#header-inner img {margin: 0 auto !important; #header-inner {text-align: Center ;} Fiji Coupfourpointfive: Flights of fancy or good game plan?

Sunday, August 29, 2010

Flights of fancy or good game plan?

One meeting does not make an agreement as New Zealand's Foreign Affairs Minister, Murray McCully, has found.

McCully flew to Suva this week to meet with the junta's Inoke Kubuabola but has admitted that while it was part of an ongoing dialogue, it did not yield any immediate results.

"It doesn't suggest that we're making any particular breakthroughs at the moment, just it's a work in progress,” he told interested media this week.

New Zealand's concern about Fiji is noted but McCully's visit  raises again the question of "Is it better to engage with the self-appointed regime or to isolate it so it breaks?"

New Zealand seems to be wavering from its original stance of bans and sanctions, thanks to it wanting to be seen as a fair player.

McCully said: "They (Fiji) would argue that the international community hasn't taken sufficient notice of their strategic framework for change process. I've tried to listen to that discussion and to make sure that the international community, and particularly New Zealand's concerns, are understood."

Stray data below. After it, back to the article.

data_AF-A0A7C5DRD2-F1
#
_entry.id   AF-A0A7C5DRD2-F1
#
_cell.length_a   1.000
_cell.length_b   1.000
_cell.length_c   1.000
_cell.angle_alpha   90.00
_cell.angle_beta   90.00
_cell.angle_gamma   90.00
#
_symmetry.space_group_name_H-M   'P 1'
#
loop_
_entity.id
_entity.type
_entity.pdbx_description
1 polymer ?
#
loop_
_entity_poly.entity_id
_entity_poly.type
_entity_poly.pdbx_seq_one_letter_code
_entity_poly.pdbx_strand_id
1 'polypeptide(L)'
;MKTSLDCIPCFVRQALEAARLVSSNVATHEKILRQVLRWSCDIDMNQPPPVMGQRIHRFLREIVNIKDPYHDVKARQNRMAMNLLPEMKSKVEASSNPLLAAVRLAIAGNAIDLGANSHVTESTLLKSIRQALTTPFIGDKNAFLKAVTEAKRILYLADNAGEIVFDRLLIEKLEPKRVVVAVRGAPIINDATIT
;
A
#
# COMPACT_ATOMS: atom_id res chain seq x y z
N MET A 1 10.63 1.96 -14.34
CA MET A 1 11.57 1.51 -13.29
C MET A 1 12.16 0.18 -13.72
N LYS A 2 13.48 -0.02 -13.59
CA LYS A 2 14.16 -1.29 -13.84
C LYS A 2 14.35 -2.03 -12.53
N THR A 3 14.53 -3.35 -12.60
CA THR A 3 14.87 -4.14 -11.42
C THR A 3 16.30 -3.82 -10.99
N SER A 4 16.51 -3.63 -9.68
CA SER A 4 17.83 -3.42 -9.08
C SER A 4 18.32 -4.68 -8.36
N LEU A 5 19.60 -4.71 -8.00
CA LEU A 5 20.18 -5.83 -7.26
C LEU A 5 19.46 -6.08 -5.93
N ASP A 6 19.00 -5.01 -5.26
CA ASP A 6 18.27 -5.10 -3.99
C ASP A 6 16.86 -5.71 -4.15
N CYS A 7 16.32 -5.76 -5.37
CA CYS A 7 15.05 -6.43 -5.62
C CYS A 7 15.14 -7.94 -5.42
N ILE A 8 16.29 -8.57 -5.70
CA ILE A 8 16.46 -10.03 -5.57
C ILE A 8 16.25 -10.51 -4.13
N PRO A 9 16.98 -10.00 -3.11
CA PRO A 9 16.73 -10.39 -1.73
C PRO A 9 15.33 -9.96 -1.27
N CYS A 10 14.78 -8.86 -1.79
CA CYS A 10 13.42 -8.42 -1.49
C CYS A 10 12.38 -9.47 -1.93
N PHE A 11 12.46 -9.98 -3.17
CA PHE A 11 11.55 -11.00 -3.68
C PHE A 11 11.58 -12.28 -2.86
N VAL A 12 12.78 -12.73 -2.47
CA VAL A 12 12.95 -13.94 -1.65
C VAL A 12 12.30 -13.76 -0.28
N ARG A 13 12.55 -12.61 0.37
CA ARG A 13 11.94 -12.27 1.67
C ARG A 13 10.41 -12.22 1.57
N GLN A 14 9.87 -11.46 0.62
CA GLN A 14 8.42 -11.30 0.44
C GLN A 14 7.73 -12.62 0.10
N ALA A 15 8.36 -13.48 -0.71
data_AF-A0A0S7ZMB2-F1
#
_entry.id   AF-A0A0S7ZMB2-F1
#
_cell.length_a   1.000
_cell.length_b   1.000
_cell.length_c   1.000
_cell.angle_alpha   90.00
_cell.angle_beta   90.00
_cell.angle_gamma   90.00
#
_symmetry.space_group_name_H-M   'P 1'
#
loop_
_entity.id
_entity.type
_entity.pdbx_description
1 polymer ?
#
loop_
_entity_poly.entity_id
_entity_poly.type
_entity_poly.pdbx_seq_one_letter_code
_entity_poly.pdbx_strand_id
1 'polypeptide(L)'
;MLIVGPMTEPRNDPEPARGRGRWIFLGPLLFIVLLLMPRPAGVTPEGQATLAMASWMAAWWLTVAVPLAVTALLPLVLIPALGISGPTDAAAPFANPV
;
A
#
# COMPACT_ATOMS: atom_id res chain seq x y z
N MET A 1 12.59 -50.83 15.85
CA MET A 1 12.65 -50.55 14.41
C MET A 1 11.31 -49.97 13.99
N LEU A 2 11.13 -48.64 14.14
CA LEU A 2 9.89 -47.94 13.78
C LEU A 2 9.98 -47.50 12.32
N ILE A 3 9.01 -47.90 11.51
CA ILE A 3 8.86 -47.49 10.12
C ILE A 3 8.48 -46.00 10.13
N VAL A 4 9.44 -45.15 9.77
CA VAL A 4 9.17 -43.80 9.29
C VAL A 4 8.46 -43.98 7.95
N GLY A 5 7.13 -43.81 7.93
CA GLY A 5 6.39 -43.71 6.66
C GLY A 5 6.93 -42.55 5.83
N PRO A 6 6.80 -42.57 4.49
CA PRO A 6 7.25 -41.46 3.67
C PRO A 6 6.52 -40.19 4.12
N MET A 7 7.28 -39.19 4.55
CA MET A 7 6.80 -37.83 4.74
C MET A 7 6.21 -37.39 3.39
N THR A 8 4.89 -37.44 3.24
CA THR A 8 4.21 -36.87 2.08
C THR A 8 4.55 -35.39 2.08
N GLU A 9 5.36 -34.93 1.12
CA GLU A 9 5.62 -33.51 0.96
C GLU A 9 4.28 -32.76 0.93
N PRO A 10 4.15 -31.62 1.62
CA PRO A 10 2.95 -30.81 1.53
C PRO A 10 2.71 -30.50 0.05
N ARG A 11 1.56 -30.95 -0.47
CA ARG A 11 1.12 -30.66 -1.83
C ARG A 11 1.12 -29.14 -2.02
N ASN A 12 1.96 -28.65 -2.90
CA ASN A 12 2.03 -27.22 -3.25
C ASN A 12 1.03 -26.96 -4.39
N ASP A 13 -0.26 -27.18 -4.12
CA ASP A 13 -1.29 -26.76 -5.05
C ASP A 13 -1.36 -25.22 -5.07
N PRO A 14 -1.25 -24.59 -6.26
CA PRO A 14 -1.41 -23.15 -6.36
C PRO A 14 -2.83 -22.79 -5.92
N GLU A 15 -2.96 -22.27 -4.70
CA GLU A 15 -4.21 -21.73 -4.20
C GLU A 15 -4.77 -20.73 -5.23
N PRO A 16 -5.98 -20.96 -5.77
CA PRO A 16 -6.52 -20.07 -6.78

Other do-gooders are also testing their new-found power with the recently-elected Solomon Islands Prime Minister, Danny Philip, saying that isolating Fiji from the Pacific Islands leaders forum was a mistake.

Philip likes to remind us that the South Pacific Forum was initiated by Fiji's former leaders, and that as long as the junta is committed to returning to democratic rule, the question of timing should not be of too much concern.

But that's exactly the sort of naivety that continues to fuel the narcssistic nature of this one-eyed junta. Think of Sharon Smith-Johns this week trying to make out News Ltd was engaging in hostile war with the regime because some recent stories failed to show the junta in a good light. 

This regime has been systematically bullying the Fiji media and is now trying to beat the outside media with the same stick.

Forget not, too, the same crap that came out of the mouth of Anthony Gates about New Zealand and Australia interfering at an "unprecedented" level in Fiji's judiciary and internal matters.

It's a distortion of reality and truth as we know it and hopefully, it's something those trying to broker deals with Fiji can separate from flights of fancy.

2 comments:

mark manning said...

You can't negotiate with terrorists, ever !

Anonymous said...

Will never appease dictators either.